These things can take 10-20 years to grow as much as 4 feet. To sit and wait even ¼ of that amount of time for a return on investment isn’t for the faint hearted. These types of plants are better suited to those growers that are well equipped and, of course, understand the growth rate.

Additionally, anything could happen during that period of growth. They can suffer from the weather, lack of funding or even succumb to the hands of pests.

Huge Demand for Decorative Indoor Plants

Regarding garden or indoor planting aesthetics, plants that aren’t mainstream are in high demand. Something about an abstract look or unique growing style draws those with or without funds to purchase.

This lush antler shaped fern is no different. People pay big dollars to have something many others don’t have or can’t afford.

Resistant to Common Diseases

One pretty handy benefit of the Staghorn Fern is that they have been able to build resistance against common diseases. It’s unclear whether its location of origin has helped create a DNA blueprint such as theirs. Either from being surrounded by nature or grown specifically as an air plant.

They are just pretty healthy plants in general. Furthermore, those that purchase the Staghorn Fern understand this fact. As a result, they are happy to pay larger sums to keep a plant that won’t then go on to infect other plants in the vicinity. 

Works as Natural Air Purifier

Staghorn Ferns have the amazing ability to remove potentially harmful gasses from their surrounding area. These plants help use their leaves to take in specific organic compounds that may be considered volatile.

These compounds are slowly moved through the plant, into the root system and eaten up by microbes living in the soil.

Removing these compounds helps reduce the risk of long term illnesses such as cancers. So people buy these plants to help keep their homes safe from the junk in the air. Hence driving the price up.

Resistant to drought

Compared to most fern varieties, the Staghorn can survive and thrive for much longer periods without water. That’s not to say that the theory should be tested, but it’s not uncommon for these bad boys to still be happy after a few weeks without a drink.

This calls for less maintenance and less frequent watering. It’s a great plant for areas that may not have instant access to water but can still allow some resources to be shared with the plant.

All those factors make the Staghorn quite sought after, increasing the price tag slightly. 

Used for few medicinal properties

The medicinal properties of the Staghorn Fern are only recently being studied. Meaning it’s unclear if the uses are only affected by the Staghorn.

However, it is said that this type of fern can be used to help reduce the formation of ulcers and prevent miscarriages.

Why are staghorn ferns so expensive a detail explanation

The fact that it is at least being trialed means a new market has slowly opened up. Further testing requires more plants to test with, meaning the demand is higher, so the price can also rise.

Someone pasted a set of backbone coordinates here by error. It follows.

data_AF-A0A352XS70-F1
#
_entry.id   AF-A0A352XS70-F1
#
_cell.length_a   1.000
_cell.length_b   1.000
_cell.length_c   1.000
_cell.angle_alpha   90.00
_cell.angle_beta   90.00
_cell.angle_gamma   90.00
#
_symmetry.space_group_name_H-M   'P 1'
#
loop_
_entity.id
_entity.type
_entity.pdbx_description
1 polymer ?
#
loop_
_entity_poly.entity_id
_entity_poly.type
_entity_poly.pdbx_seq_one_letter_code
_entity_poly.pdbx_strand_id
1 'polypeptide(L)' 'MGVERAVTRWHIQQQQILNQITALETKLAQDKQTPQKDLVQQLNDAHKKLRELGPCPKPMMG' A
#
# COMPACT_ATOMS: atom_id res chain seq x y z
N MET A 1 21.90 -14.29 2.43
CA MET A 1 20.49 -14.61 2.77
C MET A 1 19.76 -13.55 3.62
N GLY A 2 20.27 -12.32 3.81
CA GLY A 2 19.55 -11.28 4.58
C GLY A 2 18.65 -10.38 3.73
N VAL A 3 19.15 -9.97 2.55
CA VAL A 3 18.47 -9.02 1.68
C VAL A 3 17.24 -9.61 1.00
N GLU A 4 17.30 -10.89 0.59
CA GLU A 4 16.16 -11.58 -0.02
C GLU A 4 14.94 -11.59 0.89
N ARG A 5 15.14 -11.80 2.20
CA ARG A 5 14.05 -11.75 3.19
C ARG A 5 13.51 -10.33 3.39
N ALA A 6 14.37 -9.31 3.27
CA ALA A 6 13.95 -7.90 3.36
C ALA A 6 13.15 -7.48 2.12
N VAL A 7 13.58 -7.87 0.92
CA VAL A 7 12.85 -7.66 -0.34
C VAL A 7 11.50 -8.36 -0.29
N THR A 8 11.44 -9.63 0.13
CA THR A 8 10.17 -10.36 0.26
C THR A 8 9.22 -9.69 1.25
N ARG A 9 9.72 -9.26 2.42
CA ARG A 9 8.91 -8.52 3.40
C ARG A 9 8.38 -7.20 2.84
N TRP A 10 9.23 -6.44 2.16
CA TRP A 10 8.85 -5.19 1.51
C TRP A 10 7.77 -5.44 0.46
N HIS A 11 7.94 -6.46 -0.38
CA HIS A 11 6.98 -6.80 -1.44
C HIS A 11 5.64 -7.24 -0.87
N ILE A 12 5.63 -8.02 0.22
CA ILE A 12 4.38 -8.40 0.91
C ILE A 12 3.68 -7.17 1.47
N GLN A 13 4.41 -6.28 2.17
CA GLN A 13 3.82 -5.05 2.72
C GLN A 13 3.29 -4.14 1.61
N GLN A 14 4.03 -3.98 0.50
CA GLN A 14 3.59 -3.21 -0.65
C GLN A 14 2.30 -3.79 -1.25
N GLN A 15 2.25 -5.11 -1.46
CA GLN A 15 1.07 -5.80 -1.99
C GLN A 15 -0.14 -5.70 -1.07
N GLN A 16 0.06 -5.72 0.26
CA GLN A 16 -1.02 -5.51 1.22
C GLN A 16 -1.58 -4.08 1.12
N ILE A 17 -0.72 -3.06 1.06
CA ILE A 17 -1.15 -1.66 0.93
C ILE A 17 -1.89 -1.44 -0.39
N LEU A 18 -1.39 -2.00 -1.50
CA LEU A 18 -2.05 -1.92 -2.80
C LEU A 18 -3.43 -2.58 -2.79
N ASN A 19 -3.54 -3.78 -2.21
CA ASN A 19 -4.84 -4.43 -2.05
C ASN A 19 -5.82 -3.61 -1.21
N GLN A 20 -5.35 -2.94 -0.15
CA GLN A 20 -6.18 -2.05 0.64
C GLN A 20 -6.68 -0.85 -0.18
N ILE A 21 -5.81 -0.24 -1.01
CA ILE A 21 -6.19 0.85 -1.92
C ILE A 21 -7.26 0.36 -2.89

How To Take Good Care Of Staghorn Fern?

Even though Staghorn Ferns are expensive, that doesn’t mean they are harder to grow. Like all plants, they need the right growing conditions to thrive.

As long as these requirements are met, this fern type is pretty smooth sailing. Not to mention that it’s a beauty to look at and admire. Let’s look at the knowledge required to take good care of a Staghorn Fern. 

How To Take Good Care Of Staghorn Fern

Watering Schedule

There are 2 areas of the Staghorn Fern that work in tandem and assist in taking in water, the roots and the fronds. Due to that fact, watering can be administered by both misting the fronds and/or soaking the roots. There is no universal water frequency rule.

It’s best to monitor the soil moisture content and watch the plant for any wilting or other characteristic changes. Watering once a week in the drier months and once every 2-3 weeks in the cooler months is a reasonable timeframe.

Of course, the frequency can be governed by various external factors such as climate, available nutrients, amount of light, etc.

Proper Soil/Potting Mix

Perfecting soil and/or potting mix is essential for any plant, especially the Staghorn. These ferns don’t thrive too well in traditional mineral based soils. It’s best to use well-draining, organic mixes such as sphagnum moss or orchid bark/cactus potting mix at a ratio of 50/50. Try to mimic its natural tree environment with tree matter. 

Mounting Equipment

A few pieces of easily obtainable equipment are required to enable your Staghorn Fern to resemble that of a mounted set of trophy antlers. Firstly, you’ll need a mature stag; it needs to be strong enough to hang.

Then some green sheet moss, twine/string or fishing line, and a sturdy wooden board you wish to mount to. Lastly, you need some hardware to help secure the fern onto the board and basic hand tools for hanging it onto the wall.

Sunlight Exposure

Staghorns grow best in bright, indirect, diffused light. They are native to tropical reasons, so the light is something they are used to and enjoy. 4-7 hours per day is a great time frame; the morning light is ideal as it’s less harsh. It’s recommended to be careful with their positioning during the afternoons when heat can burn the leaves. 


Staghorns thrive best when their growing location presents around 60% humidity. The average home has levels of between 40-50%. A humidifier can be a great option to obtain that extra 10-20%.